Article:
What is nicer than coming face to face with those ambassadors of beautiful things to come from the garden than the Pansy (viola tricolor L.). Their brilliantly colored blooms, some presenting sharply contrasting colors, some with more subtle slides along a monochromatic scale, all with velvety soft petals are a joyous herald of the pleasure of growing flowers all summer long, a pleasure you can enjoy at Hilltop Gardens.
Pansies have been a favorite of romantic writers for centuries. In her distress at the death of her father, Shakespeare’s character Ophelia, in his play Hamlet (Act 4 Scene 5), gives pansies to others, telling them, “There is Rosemary, that’s for remembrance. Pray, love, remember. And there is pansies; that’s for thoughts.” Pansy was considered the symbol for thoughts and faithfulness, and here it is interpreted by some to mean Ophelia’s feelings toward her departed father.
In his play Midsummer Night’s Dream, Oberon and Puck (Act II Scene I) create a love potion from essence of the herb love-in-idleness (pansy), described as “a little western flower, before milk-white, now purple with love’s wound”. Putting drops of the juice on the eyes of the sleeping Demetrius will cause him to fall in love with the first person he sees when he awakens.
Pansy is also known by the names heartsease, Johnny-Jump-Up, and, in romantic verse love-in-idleness, hinting that it affects the person’s emotional state more than the physical state. Its traditional use as a symbol of thoughts is suggested in its French name pensée, which might also have reflected on its medicinal use as a panacea, a cure for all ills.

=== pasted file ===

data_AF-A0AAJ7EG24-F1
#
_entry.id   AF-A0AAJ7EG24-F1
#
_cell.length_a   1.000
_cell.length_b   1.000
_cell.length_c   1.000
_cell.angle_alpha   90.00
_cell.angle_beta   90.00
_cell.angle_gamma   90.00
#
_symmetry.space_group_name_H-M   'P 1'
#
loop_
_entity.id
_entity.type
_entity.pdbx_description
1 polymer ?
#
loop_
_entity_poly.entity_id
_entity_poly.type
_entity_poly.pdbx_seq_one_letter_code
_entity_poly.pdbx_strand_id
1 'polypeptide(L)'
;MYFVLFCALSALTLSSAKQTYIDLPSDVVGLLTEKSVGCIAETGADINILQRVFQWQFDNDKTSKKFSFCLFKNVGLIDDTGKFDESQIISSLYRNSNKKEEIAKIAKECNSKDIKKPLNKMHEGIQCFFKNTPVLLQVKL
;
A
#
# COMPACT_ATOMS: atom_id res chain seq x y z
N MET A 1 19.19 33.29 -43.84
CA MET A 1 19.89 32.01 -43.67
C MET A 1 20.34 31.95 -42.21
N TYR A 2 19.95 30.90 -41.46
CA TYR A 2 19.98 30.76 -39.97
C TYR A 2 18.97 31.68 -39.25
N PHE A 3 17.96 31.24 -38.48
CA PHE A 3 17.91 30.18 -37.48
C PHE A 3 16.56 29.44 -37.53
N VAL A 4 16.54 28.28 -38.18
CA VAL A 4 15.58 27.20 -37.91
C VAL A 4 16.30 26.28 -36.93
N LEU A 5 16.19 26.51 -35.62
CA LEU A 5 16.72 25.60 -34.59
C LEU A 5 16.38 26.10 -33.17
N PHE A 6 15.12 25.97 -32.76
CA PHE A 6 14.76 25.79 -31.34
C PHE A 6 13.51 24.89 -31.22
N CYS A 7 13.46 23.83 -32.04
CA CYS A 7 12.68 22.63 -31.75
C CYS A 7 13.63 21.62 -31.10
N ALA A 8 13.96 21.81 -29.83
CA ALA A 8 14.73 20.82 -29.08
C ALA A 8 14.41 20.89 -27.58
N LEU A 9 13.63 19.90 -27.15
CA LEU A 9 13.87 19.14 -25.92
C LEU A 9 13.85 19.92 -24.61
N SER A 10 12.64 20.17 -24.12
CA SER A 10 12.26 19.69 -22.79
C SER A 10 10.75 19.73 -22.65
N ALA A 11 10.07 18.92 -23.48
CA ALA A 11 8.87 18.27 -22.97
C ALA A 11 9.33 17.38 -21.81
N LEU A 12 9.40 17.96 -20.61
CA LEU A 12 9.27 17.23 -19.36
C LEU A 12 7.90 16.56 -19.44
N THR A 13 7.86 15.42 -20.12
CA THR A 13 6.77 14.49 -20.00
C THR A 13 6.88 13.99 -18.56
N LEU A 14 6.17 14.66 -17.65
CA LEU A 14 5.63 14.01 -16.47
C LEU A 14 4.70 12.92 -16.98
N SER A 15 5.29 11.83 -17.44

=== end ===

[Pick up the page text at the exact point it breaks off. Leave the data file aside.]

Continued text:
Herbalist John Gerard who promoted the ‘doctrine of signatures’, which was prominent in the medicinal treatments of the 16th and 17th centuries. Gerard praised the plant’s medicinal qualities recommending it for convulsions, fits, inflammation of the lungs and chest, scabs and itching of the whole body and for ulcers. Today, in Europe, the leaf is used as folk medicine for fevers, a gargle for sore throats and a mild laxative and is recognized as a diuretic, expectorant, mild sedative, and a blood purifier. It has also been used for asthma, heart palpitations and eczema as it is a source of rutin. It carries the warning that, due to containing saponins, it may be toxic in larger doses.
Back then, pansies only grew in a single color of purple/blue, yellow, or white. It was an English gardener named William Thomson who in 1839 created the three blotches on its petals by crossbreeding three different flowers. Now there are over five hundred species of pansies with big faces, spectacular markings, curly or straight petals, many colors, and sizes.
We also enjoy its relative, the wild violets in purple and in yellow, that grow in our yards, especially in spring. Candied violets on a salad or decorating dessert are a delightful treat.
Pansies like full or partial sun and do best in cooler temperatures, great for hanging planters through early summer. In the soil space 7 to 12 inches apart. They will grow to a height of 6 to 9 inches and spread 9 to 12 inches. They like rich, well-drained soil and afternoon shade. Fertilize and water regularly.
Deadheading spent blooms encourages new growth. The blooms will die down as the weather heats up, but the seeds fall into the pots or on the ground and may bloom again. I have even had the hearty little plants overwinter on the deck with little protection and bloom the next spring.